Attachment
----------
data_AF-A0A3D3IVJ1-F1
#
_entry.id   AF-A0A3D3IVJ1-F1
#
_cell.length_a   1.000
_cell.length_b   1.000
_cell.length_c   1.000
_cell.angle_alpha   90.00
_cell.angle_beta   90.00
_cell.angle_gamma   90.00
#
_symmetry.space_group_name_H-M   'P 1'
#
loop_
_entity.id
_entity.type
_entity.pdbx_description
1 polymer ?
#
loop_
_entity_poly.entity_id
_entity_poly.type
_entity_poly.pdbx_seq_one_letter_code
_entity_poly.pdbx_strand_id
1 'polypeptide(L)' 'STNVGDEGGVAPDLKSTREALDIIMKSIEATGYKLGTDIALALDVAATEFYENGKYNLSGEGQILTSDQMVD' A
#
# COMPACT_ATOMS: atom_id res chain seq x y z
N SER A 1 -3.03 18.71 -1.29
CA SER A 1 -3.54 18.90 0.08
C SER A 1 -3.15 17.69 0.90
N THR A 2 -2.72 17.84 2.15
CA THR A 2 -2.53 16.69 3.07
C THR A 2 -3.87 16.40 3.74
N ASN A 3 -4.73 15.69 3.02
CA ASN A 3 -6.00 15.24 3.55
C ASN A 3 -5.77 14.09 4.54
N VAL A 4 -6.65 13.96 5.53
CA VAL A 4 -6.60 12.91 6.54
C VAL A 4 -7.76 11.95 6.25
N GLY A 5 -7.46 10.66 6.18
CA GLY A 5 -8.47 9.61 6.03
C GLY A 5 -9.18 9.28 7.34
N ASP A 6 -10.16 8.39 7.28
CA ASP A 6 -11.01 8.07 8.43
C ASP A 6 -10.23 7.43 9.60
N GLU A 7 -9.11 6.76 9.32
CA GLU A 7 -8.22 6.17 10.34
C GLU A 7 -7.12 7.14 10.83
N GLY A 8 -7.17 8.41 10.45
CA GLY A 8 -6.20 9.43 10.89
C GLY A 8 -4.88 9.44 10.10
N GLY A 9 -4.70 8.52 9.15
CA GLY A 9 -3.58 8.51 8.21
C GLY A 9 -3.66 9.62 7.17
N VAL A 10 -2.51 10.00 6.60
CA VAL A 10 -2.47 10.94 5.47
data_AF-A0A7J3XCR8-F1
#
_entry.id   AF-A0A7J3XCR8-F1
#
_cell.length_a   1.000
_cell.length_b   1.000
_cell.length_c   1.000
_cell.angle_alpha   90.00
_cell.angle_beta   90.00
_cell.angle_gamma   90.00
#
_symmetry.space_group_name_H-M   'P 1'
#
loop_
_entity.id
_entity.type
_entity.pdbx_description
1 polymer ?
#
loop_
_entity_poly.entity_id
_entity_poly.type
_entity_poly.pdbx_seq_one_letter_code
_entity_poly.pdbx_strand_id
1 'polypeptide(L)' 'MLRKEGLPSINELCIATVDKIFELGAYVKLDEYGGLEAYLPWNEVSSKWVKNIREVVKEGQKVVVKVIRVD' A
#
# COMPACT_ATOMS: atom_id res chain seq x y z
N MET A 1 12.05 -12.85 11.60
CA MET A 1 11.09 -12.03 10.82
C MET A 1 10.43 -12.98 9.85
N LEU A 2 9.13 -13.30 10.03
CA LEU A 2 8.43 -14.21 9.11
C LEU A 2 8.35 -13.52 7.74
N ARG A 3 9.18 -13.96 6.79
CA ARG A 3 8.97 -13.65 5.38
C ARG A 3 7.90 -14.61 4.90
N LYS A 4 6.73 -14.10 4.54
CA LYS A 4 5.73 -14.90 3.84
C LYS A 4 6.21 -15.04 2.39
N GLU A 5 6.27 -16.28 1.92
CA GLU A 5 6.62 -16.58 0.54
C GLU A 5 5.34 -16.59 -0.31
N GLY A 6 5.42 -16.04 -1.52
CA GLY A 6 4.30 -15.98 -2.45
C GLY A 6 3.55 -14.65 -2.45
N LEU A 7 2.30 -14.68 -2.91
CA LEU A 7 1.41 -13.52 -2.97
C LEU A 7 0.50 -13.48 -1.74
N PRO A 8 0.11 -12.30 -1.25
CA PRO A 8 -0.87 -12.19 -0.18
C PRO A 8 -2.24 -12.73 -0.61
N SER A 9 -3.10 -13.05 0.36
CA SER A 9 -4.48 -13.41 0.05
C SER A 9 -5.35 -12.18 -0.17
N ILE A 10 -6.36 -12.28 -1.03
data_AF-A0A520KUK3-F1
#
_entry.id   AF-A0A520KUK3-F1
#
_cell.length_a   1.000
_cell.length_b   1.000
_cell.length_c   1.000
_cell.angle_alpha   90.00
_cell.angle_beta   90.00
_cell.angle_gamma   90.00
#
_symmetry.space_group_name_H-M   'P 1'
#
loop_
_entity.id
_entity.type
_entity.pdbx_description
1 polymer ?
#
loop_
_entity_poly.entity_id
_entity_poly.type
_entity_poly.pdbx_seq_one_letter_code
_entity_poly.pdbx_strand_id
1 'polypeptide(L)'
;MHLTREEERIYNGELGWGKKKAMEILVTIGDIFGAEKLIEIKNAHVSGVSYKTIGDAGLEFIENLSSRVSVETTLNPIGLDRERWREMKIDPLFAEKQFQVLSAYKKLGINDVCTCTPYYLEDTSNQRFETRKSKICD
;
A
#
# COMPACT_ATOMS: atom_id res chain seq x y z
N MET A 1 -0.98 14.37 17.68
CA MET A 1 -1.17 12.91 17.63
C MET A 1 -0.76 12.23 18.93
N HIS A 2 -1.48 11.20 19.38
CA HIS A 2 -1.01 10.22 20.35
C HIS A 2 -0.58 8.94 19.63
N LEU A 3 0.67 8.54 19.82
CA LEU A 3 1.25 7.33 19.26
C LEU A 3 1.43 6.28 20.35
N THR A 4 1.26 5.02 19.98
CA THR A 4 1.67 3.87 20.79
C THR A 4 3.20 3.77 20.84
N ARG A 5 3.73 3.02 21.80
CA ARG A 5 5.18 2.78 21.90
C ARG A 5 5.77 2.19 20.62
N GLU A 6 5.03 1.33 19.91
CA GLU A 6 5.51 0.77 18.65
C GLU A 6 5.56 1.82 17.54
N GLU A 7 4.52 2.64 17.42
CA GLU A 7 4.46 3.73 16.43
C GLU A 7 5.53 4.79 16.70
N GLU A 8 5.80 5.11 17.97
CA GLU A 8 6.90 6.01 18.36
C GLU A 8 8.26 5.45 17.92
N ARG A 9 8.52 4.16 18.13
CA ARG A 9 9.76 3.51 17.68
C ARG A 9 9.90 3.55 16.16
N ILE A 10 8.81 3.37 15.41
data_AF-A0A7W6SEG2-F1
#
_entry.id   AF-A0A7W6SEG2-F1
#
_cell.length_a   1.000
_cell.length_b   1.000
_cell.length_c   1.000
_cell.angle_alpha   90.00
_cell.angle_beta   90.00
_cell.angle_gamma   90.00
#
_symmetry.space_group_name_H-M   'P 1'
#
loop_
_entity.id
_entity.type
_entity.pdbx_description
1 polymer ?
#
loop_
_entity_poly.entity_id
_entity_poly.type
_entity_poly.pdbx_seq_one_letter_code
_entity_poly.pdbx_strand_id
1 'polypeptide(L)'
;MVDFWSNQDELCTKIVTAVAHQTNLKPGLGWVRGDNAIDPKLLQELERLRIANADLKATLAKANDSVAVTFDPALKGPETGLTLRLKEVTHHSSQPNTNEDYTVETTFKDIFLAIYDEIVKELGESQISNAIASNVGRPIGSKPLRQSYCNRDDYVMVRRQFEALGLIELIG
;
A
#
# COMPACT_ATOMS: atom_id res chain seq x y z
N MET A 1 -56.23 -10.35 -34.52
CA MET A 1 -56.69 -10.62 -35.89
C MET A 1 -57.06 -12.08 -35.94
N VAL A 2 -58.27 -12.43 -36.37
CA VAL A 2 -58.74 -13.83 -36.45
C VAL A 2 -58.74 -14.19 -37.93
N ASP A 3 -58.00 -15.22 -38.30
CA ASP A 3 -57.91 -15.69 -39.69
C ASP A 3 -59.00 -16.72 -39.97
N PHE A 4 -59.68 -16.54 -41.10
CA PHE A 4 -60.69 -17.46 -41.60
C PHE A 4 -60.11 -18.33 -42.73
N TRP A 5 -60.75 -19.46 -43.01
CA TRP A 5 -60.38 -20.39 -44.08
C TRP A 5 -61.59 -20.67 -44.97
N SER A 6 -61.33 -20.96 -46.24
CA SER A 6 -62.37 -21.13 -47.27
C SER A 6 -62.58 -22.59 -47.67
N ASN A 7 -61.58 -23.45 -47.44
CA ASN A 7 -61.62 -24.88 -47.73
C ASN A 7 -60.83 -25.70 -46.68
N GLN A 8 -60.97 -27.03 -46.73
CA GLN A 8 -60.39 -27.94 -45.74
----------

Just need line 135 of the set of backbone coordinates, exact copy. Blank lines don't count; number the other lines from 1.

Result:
_entity_poly.pdbx_strand_id